My great degree of initial hatred for Vinod Khanna stemmed from a sequence in Amar Akbar Anthony in which he is shown as effortlessly dismantling the otherwise angry young man Amitabh Bachchan.
I had a serious liking for Bachchan, for, his characters in many flicks looked vulnerable, one from among many of us, the escapists. On the other hand, Vinod Khanna, to me, appeared more of a royal, tough and confident chap, someone I would not find a connect with.
On top of that, him mauling Bachchan with absolute disdain in that particular scene rubbed a credulous fan of the lanky superstar the wrong way. Less than 10 then, I would not realise it was a scripted on-screen sequence.
My frenzy for Bachchan had pushed me towards puerility. I had, in my personal capacity, boycotted watching Vinod Khanna’s films. (I did the same in case of Sunny Deol few years later for having committed “sin” of deflating Shahrukh Khan in Darr).
All this changed, when I saw Qurbani. I watched it after learning about Vinod Khanna’s death sequence in the film. I was seeking a strange on-screen revenge in my mind. But it was not to be the case. The way the film unfolded, his character had shattered my filmy disrespect for him. He looked every bit of what a Bachchan fan would want to see (some may find him even better).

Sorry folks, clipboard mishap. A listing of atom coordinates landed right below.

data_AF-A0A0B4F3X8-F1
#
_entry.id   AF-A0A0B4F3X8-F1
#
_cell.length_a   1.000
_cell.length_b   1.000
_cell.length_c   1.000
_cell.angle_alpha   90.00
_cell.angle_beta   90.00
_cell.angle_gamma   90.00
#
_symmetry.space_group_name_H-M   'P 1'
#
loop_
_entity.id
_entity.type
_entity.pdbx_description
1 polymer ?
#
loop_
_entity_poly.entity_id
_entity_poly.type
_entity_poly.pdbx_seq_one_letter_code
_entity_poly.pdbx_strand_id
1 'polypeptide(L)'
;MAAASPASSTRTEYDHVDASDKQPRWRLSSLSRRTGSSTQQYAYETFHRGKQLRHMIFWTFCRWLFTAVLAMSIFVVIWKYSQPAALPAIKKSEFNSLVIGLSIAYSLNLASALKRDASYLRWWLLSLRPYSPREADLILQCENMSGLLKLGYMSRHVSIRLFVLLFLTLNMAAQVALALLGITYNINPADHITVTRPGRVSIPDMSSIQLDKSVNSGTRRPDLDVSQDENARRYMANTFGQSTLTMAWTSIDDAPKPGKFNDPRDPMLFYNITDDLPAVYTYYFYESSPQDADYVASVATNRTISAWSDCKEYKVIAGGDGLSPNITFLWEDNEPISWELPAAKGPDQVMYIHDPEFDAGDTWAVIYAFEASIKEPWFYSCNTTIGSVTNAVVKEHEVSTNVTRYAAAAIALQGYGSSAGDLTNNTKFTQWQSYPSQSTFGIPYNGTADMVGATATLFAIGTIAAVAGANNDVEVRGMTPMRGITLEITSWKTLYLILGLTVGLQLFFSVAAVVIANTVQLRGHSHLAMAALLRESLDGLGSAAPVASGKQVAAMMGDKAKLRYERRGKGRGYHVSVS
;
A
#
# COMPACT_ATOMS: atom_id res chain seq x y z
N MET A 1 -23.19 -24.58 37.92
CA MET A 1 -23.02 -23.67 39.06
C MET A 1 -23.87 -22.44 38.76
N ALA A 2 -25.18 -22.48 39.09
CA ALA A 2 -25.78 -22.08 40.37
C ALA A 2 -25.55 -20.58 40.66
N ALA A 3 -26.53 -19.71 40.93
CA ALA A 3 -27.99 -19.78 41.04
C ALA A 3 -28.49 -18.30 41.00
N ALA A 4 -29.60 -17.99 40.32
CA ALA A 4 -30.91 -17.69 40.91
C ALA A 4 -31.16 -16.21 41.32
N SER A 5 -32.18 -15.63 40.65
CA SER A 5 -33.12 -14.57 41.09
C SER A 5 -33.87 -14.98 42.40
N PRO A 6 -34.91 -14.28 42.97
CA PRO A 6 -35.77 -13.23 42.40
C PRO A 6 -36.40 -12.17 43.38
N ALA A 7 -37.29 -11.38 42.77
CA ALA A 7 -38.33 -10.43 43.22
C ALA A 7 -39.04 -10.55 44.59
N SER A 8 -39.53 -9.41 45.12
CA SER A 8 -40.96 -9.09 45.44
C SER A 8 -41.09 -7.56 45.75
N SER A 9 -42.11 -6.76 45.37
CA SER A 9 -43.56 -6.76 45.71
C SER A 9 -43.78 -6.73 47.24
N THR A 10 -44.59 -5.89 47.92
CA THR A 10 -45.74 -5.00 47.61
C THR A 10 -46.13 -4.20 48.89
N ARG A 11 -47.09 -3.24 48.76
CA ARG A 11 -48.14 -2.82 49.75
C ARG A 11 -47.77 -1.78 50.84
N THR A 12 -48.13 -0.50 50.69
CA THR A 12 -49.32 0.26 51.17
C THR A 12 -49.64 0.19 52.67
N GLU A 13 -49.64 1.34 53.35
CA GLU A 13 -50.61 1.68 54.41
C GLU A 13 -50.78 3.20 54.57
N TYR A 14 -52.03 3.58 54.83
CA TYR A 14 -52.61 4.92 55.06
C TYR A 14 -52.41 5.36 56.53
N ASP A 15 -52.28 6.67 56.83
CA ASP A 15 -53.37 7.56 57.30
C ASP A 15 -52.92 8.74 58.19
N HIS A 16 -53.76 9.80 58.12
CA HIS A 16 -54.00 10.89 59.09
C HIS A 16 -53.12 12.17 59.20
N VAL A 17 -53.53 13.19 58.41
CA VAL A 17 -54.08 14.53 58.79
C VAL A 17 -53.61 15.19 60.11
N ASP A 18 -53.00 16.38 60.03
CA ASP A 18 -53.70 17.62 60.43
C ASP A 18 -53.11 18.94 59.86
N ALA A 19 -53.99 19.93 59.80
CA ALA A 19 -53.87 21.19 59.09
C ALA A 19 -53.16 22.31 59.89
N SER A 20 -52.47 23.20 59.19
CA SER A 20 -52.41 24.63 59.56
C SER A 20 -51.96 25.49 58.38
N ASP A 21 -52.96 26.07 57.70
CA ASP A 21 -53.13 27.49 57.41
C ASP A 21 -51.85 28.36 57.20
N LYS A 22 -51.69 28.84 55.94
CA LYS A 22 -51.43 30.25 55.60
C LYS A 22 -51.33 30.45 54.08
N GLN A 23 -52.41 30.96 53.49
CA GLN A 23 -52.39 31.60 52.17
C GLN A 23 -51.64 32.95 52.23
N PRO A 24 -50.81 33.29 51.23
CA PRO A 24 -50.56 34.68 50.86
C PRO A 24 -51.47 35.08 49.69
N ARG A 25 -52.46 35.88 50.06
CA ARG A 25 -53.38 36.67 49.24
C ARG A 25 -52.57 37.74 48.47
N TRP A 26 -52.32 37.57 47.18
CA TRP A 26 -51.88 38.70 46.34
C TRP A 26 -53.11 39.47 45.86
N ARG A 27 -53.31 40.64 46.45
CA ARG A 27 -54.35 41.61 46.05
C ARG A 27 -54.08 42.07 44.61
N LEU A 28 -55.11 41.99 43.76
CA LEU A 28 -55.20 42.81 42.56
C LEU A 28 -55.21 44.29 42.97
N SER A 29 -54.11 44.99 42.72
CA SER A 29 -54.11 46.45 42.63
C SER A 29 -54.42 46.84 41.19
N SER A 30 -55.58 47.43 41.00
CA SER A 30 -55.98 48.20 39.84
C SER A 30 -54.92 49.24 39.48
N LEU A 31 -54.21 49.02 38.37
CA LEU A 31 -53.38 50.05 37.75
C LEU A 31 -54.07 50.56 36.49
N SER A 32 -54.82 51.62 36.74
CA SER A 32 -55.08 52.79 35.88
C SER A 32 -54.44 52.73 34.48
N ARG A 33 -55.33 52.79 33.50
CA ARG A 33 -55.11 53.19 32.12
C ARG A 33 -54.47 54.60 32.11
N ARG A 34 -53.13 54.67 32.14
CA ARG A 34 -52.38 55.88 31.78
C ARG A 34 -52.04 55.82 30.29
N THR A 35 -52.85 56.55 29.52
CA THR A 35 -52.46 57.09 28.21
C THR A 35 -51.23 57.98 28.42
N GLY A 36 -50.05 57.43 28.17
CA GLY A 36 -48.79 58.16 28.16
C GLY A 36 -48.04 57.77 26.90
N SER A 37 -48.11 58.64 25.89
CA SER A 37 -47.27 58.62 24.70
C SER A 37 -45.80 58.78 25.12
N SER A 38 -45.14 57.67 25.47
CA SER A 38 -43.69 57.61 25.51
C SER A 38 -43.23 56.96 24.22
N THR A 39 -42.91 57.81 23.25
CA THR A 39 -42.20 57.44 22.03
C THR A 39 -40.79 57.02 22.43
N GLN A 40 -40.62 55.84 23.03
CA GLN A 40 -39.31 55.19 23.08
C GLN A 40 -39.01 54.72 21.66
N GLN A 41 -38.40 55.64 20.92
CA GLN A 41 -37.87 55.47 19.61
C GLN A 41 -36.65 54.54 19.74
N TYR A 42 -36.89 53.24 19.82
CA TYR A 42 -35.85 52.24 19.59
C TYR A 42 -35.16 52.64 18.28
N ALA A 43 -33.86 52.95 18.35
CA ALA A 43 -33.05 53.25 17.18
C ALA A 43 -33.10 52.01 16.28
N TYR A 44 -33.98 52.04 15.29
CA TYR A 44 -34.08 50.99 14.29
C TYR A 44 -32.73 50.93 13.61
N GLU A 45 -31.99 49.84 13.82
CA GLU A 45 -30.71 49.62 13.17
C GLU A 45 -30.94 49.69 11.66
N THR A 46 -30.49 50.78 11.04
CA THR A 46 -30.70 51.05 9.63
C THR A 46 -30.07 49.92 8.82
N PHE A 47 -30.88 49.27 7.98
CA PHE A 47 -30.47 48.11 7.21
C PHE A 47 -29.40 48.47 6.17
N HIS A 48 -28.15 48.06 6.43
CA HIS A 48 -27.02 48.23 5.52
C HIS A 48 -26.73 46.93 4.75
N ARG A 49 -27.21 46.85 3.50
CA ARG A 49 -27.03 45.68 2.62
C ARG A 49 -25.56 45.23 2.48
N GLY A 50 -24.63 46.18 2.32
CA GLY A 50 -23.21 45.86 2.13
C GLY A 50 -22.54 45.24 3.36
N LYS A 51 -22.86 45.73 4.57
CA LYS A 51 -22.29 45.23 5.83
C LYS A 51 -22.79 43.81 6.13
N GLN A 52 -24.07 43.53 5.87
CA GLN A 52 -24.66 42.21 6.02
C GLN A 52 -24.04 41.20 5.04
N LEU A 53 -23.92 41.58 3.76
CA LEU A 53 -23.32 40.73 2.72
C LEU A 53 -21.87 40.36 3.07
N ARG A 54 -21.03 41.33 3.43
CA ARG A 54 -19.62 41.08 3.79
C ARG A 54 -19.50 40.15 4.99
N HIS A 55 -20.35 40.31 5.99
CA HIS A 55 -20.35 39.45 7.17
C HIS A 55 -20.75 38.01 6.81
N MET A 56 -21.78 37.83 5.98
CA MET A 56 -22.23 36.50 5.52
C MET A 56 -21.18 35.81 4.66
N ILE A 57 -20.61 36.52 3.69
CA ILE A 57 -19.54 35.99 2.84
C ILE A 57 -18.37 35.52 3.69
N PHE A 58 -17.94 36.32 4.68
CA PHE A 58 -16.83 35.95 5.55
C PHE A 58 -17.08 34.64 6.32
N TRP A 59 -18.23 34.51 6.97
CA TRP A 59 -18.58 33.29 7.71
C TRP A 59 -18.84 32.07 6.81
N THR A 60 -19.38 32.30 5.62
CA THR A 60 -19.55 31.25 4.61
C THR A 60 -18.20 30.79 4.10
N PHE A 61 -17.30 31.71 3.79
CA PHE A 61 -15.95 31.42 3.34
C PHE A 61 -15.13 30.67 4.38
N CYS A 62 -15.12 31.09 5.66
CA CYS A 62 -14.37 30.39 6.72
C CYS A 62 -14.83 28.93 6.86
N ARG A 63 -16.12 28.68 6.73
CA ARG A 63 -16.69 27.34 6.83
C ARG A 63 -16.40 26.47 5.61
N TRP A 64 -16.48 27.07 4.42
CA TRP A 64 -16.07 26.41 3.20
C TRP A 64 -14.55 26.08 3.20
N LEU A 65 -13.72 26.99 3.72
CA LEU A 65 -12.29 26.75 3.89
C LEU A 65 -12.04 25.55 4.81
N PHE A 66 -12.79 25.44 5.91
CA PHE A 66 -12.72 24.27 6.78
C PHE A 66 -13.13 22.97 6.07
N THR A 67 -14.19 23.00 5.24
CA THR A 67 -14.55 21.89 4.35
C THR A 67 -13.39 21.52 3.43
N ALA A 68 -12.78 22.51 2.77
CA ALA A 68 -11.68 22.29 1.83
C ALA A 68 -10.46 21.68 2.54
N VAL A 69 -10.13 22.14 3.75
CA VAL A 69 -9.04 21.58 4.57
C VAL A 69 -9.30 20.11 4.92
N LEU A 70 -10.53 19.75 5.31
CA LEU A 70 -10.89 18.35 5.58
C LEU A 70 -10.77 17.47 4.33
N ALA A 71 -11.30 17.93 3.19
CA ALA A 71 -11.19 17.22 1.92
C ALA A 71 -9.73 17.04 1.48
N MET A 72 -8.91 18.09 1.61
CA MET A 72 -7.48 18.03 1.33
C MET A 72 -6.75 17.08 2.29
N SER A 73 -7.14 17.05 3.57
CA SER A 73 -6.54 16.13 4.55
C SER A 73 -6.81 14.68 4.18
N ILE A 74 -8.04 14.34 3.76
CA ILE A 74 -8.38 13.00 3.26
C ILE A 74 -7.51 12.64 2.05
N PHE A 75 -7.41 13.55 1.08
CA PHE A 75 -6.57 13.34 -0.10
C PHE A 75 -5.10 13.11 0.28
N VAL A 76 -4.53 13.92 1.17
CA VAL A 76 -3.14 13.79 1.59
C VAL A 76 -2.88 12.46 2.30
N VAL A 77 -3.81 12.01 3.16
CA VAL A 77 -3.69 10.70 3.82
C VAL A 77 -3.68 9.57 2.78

Few years later, Dayavan, loosely based on don Varadarajan’s life, completed the formality. I had also grown enough to understand films are fictitious and became an admirer of Vinod Khanna’s work (and also of Deol few years down the line).
Khanna’s too early an exit, after having filled my mind with hatred and then conquering it, ergo, deeply saddens me. It fast took me down the memory lane: of my childhood passion for cinema, to the days of touring talkies when multiplex was an alien concept, to the days when watching films in theatres was a luxury and days when we stood divided for our favourite actors, hating their business rivals like hell. Nostalgia, nostalgia, nostalgia.
Kamaal kar gaye Pandey ji aap bhi…